Documentation for PISM, a parallel Ice Sheet Model

NEWS: PISM's new mass conserving subglacial hydrology models.

The Parallel Ice Sheet Model pism0.6 is an open source, parallel, high-resolution ice sheet model. Features:

  • hierarchy of available stress balances
  • marine ice sheet physics, dynamic calving fronts
  • polythermal, enthalpy-based conservation of energy scheme
  • subglacial hydrology and till model
  • extensible coupling to atmospheric and ocean models
  • inversion toolbox in Python
  • verification and validation tools
  • complete documentation for users and developers
  • uses MPI and PETSc for parallel simulations
  • reads and writes CF-compliant NetCDF

PISM Application of the Month

June 2014

Click the image to go to the Earth Planet. Sci. Lett. page.

Spontaneous ice-front retreat caused by disintegration of adjacent ice shelf in Antarctica
investigators: T. Albrecht and A. Levermann
journal: Earth Planet. Sci. Lett.

Floating ice shelves, fringing most of Antarctica, exert restraining forces on the ice flow. Though abrupt ice–shelf retreat has been observed, it is generally considered a localized phenomenon. This paper shows, by using PISM-PIK, that the disintegration of an ice shelf may induce the spontaneous retreat of its neighbor. The spontaneous but gradual retreat of the Larsen B ice front, as observed after the disintegration of the adjacent Larsen A ice shelf, is reproduced. The “A” collapse yields a change in spreading rate in “B”, via their connecting ice channels, and thereby causes a retreat of the ice front to its observed position of the year 2000. This reproduces the configuration of “B” prior to its collapse in 2002.

For the PISM user this paper illustrates what modeling becomes possible with the combined PIK mechanisms for ice shelf front modeling, including sub-grid mass conservation and “eigencalving”; see the references of the paper and Chapter 8 of the PISM User's Manual.

2014/05/31 16:39 · Ed Bueler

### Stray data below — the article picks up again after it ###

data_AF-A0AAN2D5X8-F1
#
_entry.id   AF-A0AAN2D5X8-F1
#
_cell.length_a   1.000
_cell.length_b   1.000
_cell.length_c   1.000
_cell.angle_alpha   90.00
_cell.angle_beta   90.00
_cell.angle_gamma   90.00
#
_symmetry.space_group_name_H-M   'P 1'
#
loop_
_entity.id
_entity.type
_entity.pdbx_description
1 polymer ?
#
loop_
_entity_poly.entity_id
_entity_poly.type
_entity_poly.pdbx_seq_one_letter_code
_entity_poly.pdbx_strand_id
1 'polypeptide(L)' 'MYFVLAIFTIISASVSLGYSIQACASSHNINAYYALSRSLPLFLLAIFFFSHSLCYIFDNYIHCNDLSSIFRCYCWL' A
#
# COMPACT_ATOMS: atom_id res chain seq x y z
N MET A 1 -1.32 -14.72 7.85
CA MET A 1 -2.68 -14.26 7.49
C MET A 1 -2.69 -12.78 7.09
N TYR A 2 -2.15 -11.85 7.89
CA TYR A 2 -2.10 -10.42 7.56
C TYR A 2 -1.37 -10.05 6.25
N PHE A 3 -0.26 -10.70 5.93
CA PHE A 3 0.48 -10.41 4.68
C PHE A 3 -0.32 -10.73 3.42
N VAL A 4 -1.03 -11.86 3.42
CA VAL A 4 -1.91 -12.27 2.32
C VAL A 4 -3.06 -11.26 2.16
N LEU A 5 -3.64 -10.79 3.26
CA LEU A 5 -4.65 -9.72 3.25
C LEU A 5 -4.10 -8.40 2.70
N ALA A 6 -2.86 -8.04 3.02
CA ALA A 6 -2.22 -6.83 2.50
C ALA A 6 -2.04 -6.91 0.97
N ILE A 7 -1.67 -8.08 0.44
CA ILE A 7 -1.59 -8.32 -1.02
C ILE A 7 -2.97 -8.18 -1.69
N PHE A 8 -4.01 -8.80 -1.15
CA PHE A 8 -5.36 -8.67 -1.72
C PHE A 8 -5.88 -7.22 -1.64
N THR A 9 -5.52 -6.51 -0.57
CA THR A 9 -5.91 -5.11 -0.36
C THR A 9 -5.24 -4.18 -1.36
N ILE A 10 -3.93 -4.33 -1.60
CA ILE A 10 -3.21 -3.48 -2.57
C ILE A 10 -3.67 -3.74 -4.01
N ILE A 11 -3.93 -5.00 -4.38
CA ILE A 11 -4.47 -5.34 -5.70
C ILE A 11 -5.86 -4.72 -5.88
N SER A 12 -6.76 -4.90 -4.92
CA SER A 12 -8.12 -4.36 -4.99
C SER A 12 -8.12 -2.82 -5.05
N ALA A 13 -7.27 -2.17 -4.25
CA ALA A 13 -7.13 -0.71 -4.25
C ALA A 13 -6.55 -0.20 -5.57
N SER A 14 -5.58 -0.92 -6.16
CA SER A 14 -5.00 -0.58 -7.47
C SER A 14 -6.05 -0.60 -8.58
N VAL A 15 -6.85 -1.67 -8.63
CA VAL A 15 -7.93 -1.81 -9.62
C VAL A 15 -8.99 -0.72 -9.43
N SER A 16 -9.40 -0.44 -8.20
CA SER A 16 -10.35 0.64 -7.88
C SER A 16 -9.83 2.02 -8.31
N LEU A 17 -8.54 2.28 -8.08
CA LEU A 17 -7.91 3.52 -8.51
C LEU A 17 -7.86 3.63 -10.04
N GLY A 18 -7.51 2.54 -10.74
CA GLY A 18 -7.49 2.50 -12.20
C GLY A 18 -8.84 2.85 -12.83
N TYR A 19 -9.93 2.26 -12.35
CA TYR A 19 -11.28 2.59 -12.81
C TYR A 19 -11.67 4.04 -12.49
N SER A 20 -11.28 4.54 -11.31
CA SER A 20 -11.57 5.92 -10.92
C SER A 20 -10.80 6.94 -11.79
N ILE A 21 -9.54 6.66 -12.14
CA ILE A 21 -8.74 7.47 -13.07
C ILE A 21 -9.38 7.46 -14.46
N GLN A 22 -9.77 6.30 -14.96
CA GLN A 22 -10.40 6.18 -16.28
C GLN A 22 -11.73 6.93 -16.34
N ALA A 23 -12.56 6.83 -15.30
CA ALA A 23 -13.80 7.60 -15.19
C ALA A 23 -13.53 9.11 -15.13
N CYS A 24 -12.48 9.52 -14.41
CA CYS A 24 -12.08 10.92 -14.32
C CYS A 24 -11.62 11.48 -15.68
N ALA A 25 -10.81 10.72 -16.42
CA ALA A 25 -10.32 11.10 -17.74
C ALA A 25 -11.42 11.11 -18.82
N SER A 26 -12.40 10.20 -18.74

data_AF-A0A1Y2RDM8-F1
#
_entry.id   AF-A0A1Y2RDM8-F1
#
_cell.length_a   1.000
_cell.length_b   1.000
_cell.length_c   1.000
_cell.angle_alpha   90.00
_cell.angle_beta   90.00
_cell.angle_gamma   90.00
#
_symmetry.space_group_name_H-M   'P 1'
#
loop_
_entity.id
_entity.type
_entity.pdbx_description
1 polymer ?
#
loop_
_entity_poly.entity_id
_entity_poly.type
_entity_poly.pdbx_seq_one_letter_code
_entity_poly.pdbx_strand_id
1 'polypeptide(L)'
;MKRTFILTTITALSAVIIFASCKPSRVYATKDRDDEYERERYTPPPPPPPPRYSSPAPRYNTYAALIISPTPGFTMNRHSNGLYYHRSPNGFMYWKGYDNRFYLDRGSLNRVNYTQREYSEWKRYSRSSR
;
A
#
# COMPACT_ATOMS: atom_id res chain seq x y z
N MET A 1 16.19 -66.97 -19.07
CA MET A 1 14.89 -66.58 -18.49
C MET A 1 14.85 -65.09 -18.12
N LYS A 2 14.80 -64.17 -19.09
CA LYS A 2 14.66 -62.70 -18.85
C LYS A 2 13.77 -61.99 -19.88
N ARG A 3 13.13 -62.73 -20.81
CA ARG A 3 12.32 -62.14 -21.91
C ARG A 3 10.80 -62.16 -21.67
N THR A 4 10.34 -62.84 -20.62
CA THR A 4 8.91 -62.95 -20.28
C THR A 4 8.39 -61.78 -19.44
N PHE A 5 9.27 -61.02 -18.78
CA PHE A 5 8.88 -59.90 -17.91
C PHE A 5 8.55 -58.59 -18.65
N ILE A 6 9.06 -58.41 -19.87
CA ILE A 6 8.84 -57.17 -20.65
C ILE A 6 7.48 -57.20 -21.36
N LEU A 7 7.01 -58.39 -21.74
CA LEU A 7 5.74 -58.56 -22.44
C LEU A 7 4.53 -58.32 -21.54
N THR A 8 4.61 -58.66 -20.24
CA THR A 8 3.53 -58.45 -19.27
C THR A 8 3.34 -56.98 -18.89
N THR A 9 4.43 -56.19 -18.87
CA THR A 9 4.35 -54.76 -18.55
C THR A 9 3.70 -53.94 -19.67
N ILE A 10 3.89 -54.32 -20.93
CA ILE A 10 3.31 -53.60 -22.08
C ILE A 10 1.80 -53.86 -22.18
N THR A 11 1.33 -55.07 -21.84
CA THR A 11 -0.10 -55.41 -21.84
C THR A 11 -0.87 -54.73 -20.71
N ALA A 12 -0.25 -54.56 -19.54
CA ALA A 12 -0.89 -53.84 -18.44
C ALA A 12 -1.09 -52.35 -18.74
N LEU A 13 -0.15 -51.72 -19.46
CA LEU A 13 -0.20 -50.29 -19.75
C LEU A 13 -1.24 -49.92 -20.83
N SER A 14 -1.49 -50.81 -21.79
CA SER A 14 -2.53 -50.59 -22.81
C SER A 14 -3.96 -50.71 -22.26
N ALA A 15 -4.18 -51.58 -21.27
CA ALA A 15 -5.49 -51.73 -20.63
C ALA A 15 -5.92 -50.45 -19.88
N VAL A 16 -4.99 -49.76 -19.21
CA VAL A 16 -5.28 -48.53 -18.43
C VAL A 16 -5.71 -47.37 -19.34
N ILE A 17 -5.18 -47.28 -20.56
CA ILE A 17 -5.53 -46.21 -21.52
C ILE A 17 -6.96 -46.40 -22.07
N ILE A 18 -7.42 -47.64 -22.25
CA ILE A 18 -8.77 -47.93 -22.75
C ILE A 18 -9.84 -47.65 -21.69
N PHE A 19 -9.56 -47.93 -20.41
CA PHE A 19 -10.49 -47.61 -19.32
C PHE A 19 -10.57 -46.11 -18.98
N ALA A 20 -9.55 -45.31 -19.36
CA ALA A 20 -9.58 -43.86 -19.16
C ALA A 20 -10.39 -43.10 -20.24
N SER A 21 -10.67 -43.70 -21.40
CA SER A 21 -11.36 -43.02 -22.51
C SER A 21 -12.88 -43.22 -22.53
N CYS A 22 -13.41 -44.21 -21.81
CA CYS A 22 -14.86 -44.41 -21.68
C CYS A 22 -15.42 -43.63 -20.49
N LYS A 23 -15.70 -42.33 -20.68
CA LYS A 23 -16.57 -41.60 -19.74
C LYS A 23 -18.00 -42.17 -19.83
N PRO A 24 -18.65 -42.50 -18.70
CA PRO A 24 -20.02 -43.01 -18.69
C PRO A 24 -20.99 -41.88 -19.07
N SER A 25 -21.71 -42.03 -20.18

Latest News

PISM stable0.6 is out

See the stable version page to check out a copy of the PISM stable0.6 source code. If you have already checked out the prerelease version, just do git pull and then make install in your build directory. Send email to help@pism-docs.org for help with any version of PISM.

Changes since stable0.5 include

Basal strength and basal hydrology

Click here to see the list

Marine ice sheet modeling

Click here to see the list

Climate inputs and ocean inputs

Click here to see the list

Inverse modeling tools are a part of this release

Please see the PISM's Python Documentation.

Energy and mass model improvements

Click here to see the list

Improved User's Manual examples

Click here to see the list

Usability

Click here to see the list

Under the hood

Click here to see the list

2014/02/13 18:18 · Constantine Khroulev

The first seven PISM PhDs

Since 2012 there have been seven Ph.D. students who have completed their degrees using PISM as a major tool in their research. The new year is a good time to feature their accomplishments on the PISM front page!

Dr. Torsten Albrecht

A dynamic memory of fracture processes in ice shelves, Ph.D. Potsdam University 2013; advisor A. Levermann; publications including Albrecht et al. (2011) and Albrecht and Levermann (2012); personal webpage

Dr. Marijke Habermann

Basal shear strength inversions for ice sheets with an application to Jakobshavn Isbrae, Greenland, Ph.D. University of Alaska Fairbanks 2013; advisor M. Truffer; publications including Habermann, Truffer, and Maxwell (2013); personal webpage

Dr. Maria Martin

Numerical simulation of the Antarctic ice sheet and its dynamic response to external perturbation, Ph.D. Potsdam University 2012; advisor A. Levermann; publications including Martin et al. (2011); personal webpage

Dr. Ward van Pelt

Modelling the dynamics and boundary processes of Svalbard glaciers, Ph.D. Universiteit Utrecht 2014; advisor J. Oerlemans; publications including van Pelt and Oerlemans (2012) and van Pelt et al. (2013); personal webpage

Dr. Anne Solgaard

Large-scale modeling of the Greenland Ice Sheet on long timescales, Ph.D. University Copenhagen 2012; advisors C. Hvidberg and G. Adalgeirsdottir; publications including Solgaard et al. (2011), Solgaard and Langen (2012), and Solgaard et al. (2013); personal webpage

Dr. Ricarda Winkelmann

The future sea-level contribution from Antarctica: Projections of solid ice discharge, Ph.D. Potsdam University 2012; advisors S. Rahmstorf and A. Levermann; publications including Winkelmann et al. (2011), Winkelmann et al. (2012), Winkelmann and Levermann (2013); personal webpage

Dr. Florian Ziemen

Glacial climate variability, Ph.D. Universität Hamburg 2013; advisor U. Mikolajewicz; personal webpage

2014/01/08 20:24 · Ed Bueler

PISM team

PISM is jointly developed at the University of Alaska, Fairbanks (UAF) and the Potsdam Institute for Climate Impact Research (PIK). UAF developers, who are in the Glaciers Group at the GI, are supported by NASA's Modeling, Analysis, and Prediction and Cryospheric Sciences Programs (grants NAG5-11371, NNX09AJ38C, NNX13AM16G, NNX13AK27G) and by the Arctic Region Supercomputing Center.

home.txt · Last modified: 2014/08/03 09:02 by Ed Bueler
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